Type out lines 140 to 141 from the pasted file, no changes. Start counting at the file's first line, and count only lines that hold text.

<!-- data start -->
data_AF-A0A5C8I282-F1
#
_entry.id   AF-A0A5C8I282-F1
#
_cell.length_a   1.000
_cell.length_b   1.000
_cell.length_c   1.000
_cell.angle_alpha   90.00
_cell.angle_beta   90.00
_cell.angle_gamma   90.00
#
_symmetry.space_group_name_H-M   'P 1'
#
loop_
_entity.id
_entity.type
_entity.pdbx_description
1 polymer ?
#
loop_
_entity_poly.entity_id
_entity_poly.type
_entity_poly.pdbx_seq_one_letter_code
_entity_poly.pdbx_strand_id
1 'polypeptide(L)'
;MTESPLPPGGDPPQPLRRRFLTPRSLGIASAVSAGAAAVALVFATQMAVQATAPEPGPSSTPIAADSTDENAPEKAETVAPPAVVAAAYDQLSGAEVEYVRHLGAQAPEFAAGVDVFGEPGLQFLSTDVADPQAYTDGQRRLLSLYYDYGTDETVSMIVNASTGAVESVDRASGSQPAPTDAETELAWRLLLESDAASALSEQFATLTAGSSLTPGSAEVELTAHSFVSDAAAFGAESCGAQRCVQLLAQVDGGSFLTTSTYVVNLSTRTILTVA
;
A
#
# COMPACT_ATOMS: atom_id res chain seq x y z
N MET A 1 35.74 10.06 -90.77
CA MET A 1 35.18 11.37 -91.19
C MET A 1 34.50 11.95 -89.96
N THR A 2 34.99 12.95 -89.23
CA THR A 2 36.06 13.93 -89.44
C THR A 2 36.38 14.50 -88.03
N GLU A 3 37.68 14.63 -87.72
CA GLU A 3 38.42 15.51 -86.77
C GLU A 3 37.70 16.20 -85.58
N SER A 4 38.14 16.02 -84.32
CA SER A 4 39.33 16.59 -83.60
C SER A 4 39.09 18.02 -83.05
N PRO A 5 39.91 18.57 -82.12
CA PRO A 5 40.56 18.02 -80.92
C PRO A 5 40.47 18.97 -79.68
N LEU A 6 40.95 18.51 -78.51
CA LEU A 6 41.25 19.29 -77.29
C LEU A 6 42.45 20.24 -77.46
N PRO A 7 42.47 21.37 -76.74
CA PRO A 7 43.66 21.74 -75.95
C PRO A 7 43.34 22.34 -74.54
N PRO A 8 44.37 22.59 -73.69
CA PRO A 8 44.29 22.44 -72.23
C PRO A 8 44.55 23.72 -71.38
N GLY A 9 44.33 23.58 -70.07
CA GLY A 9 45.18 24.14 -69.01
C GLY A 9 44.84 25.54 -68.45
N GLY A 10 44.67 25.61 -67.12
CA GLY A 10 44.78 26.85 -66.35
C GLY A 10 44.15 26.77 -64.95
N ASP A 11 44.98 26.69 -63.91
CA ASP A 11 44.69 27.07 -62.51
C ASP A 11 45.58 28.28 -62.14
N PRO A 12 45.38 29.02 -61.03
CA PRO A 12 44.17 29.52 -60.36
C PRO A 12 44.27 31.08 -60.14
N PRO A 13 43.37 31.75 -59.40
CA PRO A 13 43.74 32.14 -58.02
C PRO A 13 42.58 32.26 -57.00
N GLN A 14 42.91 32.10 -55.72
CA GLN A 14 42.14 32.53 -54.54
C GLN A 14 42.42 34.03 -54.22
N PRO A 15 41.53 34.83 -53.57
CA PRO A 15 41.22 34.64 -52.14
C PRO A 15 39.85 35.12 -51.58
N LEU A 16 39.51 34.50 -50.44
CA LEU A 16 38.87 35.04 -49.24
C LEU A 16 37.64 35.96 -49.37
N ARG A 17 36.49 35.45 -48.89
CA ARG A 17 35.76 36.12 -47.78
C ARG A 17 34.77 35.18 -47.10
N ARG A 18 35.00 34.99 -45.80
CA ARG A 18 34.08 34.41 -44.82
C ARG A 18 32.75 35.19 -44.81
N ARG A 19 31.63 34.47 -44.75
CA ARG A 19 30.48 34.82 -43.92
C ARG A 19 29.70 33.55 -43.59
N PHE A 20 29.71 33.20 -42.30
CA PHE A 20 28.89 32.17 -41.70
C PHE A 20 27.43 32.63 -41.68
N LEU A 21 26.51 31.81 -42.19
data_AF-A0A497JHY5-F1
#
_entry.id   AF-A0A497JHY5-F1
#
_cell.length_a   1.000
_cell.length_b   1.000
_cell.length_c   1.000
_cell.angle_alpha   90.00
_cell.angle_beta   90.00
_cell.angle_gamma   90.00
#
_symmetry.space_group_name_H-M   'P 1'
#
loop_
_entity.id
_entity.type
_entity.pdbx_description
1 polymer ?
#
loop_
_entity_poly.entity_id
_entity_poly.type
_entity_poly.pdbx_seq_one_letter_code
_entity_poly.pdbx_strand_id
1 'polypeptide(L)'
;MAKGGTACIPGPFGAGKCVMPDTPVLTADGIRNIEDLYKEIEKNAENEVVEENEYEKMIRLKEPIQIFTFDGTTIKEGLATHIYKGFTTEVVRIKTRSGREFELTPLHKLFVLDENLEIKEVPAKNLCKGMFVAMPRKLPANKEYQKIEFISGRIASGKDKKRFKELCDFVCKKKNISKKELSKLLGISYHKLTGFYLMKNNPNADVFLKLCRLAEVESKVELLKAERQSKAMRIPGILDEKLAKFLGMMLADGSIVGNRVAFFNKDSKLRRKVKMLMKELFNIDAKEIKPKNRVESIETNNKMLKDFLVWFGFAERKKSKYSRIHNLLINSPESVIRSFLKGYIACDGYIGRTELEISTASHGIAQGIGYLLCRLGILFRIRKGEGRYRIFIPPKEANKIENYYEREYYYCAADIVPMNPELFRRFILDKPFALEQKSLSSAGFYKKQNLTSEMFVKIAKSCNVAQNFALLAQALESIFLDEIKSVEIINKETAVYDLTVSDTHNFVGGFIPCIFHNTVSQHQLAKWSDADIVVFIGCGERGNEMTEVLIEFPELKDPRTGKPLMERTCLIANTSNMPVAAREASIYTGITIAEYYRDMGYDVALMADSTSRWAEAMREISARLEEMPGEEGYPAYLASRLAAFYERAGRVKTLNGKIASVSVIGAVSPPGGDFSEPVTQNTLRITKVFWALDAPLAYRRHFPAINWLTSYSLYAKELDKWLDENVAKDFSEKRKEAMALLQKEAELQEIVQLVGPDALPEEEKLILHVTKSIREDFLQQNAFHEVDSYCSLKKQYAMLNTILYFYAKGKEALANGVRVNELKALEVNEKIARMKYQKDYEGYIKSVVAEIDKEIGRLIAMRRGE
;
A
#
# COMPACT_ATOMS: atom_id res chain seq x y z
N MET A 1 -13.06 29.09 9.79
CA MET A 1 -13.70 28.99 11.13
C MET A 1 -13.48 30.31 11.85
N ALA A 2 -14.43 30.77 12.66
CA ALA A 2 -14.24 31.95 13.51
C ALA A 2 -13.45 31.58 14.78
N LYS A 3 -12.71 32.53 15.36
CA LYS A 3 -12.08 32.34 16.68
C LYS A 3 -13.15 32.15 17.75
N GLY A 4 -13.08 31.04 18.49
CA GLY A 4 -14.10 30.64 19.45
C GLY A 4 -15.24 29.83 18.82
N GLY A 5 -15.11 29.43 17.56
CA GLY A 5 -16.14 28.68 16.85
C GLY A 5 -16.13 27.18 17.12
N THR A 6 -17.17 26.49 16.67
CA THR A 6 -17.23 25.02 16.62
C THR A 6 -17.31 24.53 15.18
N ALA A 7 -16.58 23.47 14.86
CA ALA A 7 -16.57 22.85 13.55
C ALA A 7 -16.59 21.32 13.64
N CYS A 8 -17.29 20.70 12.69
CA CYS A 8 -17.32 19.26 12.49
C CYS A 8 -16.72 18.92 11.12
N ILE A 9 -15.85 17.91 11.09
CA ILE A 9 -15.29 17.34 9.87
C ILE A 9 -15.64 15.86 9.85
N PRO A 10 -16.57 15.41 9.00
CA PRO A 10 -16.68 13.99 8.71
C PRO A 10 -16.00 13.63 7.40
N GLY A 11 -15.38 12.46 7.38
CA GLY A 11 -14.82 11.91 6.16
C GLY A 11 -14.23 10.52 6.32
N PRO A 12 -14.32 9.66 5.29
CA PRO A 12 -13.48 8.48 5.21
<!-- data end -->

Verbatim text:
N ALA A 7 -16.58 23.47 14.86
CA ALA A 7 -16.57 22.85 13.55